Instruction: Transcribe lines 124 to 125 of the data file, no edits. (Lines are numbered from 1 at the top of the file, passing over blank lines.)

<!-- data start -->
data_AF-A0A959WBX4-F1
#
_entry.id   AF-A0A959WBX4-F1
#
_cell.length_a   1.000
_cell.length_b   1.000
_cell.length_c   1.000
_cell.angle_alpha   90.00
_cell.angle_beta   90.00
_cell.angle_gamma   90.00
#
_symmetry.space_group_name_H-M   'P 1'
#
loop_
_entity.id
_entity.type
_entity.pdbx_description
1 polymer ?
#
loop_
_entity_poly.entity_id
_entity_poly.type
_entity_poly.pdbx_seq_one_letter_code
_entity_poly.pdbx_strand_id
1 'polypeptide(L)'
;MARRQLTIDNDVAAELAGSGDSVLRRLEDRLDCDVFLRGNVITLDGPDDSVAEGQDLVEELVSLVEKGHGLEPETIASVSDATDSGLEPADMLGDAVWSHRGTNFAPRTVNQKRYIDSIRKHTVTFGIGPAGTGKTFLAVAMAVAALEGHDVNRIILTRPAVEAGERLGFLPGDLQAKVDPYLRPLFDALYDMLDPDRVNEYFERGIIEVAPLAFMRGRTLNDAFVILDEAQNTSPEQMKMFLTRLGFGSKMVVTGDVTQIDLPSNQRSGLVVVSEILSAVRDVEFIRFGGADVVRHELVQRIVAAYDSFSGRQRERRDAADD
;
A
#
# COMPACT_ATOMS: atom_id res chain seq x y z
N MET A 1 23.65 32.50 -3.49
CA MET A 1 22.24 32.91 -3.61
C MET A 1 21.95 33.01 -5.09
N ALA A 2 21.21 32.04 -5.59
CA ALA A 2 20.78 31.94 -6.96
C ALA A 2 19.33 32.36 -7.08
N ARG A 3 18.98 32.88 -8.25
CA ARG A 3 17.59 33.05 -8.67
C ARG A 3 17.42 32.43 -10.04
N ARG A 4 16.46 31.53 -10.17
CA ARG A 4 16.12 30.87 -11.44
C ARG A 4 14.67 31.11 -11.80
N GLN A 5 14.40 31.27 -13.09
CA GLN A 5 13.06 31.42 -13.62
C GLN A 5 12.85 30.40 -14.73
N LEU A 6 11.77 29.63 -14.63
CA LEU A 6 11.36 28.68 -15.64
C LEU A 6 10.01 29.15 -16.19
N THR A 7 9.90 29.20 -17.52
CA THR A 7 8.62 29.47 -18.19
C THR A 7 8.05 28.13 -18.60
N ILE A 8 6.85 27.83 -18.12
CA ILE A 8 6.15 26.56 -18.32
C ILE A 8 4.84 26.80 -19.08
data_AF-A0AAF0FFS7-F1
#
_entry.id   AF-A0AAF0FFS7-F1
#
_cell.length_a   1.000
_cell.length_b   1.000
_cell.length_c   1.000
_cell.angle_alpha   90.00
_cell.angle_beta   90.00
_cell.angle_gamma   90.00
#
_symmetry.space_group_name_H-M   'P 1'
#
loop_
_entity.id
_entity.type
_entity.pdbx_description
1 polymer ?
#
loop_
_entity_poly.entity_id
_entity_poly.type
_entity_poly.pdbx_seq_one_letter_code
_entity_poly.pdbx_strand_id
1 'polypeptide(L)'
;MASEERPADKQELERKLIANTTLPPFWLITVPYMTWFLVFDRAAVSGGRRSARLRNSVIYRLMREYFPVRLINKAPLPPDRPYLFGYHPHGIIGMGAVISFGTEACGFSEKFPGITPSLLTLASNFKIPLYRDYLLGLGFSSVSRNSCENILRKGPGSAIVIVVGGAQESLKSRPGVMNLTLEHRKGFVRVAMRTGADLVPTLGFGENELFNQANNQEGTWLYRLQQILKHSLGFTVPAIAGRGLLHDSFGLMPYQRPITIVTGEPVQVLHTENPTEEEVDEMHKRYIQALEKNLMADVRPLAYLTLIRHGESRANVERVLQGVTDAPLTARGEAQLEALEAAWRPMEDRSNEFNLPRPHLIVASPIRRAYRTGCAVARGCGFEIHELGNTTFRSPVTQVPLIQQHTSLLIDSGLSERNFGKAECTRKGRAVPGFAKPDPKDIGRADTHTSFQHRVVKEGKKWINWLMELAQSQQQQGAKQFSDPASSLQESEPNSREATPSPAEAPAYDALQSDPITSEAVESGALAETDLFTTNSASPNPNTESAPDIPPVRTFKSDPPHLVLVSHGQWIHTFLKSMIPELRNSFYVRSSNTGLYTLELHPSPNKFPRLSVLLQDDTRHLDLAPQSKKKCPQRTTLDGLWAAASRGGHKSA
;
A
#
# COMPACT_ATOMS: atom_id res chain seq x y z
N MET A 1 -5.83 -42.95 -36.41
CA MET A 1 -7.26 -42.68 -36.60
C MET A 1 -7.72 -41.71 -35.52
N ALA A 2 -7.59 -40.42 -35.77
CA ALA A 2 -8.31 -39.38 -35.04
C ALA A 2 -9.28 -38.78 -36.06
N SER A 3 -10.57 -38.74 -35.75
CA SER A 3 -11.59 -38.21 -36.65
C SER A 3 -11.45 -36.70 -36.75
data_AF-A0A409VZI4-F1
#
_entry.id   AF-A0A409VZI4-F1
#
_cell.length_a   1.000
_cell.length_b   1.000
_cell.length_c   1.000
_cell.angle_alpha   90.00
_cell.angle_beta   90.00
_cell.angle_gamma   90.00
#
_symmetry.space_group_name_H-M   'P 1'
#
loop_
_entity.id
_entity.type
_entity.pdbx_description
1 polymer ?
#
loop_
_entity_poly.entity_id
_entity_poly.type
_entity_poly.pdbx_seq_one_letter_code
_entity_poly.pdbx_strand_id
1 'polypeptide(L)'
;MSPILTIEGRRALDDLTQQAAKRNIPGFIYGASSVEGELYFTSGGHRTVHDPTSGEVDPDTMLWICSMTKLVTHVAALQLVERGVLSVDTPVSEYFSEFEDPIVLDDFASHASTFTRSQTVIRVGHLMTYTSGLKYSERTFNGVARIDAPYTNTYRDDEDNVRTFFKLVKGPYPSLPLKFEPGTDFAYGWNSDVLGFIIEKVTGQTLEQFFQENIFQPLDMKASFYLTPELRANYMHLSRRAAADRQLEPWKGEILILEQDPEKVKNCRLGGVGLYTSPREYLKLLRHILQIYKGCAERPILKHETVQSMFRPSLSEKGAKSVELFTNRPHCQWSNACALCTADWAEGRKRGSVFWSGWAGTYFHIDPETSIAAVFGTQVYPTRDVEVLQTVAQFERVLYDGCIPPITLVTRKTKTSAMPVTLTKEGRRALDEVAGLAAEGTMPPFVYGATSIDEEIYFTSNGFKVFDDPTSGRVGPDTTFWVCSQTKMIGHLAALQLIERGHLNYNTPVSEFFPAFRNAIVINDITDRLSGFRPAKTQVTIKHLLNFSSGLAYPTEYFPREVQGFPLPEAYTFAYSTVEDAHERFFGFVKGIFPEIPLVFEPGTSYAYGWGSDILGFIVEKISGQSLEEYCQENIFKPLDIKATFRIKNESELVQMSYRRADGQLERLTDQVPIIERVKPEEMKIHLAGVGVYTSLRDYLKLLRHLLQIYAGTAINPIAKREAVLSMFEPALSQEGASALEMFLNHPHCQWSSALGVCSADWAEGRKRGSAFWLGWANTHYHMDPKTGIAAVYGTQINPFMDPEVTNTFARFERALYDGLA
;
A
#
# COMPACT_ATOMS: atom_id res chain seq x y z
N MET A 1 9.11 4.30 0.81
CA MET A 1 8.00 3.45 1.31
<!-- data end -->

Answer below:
N MET A 1 9.11 4.30 0.81
CA MET A 1 8.00 3.45 1.31